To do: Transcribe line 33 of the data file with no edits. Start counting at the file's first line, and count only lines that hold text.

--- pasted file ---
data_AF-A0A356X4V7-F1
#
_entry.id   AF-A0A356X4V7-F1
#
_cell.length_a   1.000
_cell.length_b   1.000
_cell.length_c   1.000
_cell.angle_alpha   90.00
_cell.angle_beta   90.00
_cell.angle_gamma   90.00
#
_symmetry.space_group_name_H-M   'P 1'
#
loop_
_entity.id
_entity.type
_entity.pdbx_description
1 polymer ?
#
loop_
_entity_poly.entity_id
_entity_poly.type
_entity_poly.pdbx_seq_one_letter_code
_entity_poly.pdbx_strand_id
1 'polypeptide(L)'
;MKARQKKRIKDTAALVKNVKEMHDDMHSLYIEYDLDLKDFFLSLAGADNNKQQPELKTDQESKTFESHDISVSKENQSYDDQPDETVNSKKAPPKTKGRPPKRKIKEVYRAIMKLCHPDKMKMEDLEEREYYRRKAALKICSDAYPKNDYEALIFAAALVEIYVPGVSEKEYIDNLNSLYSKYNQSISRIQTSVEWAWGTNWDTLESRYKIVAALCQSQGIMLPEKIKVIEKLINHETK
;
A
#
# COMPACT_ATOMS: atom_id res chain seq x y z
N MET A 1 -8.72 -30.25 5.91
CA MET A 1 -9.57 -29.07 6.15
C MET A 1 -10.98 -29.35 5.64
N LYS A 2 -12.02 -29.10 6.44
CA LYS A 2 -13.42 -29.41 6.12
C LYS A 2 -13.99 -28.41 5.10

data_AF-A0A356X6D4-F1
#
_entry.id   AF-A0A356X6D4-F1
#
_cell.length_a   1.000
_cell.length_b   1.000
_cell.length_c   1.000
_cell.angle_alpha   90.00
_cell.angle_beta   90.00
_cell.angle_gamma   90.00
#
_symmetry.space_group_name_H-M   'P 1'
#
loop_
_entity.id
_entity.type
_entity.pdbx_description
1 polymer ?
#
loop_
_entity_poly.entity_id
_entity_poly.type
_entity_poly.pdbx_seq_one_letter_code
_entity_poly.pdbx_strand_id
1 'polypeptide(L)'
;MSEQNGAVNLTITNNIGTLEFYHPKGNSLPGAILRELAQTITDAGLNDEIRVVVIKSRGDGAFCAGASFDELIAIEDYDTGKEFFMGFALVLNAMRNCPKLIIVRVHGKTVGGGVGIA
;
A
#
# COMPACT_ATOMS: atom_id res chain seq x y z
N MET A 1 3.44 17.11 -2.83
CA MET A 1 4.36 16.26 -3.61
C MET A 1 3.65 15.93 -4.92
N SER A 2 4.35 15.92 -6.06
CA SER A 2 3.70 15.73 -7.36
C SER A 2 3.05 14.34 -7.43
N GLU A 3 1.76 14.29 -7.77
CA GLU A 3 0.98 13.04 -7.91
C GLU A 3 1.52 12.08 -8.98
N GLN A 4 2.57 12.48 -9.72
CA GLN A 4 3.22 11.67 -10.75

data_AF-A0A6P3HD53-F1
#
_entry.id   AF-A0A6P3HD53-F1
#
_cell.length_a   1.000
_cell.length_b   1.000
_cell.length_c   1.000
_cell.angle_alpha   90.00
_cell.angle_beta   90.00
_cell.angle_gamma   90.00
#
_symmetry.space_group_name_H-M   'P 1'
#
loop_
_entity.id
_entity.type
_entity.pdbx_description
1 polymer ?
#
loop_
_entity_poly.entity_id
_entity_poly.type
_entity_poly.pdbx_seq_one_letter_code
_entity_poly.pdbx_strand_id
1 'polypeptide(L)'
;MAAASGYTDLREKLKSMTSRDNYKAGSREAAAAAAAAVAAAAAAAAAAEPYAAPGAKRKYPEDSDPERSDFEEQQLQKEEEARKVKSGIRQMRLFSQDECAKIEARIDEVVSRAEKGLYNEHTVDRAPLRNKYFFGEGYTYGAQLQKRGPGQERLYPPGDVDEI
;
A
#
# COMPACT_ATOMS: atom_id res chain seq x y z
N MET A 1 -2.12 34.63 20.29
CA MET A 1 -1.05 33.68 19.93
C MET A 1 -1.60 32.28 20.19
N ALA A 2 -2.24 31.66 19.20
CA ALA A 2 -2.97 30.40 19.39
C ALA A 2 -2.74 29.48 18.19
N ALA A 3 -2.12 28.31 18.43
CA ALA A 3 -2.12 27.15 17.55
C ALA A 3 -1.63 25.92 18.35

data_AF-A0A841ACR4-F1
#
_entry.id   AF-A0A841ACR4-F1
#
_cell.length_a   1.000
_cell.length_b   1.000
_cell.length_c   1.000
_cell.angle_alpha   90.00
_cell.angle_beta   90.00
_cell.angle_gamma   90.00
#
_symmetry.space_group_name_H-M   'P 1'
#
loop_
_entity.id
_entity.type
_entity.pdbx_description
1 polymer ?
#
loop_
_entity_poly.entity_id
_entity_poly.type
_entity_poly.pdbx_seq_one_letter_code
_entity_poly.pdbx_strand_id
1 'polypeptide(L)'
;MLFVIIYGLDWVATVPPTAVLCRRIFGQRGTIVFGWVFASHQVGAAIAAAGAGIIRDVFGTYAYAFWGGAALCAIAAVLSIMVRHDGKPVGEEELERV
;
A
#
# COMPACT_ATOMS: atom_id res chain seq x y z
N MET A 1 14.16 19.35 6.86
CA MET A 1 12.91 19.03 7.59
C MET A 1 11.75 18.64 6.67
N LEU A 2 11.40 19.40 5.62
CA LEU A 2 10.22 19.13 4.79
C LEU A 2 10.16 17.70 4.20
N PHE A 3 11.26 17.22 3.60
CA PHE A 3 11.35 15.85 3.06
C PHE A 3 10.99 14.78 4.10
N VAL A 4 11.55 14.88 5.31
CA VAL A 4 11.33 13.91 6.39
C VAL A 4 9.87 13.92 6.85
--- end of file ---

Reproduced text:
C MET A 1 -10.98 -29.35 5.64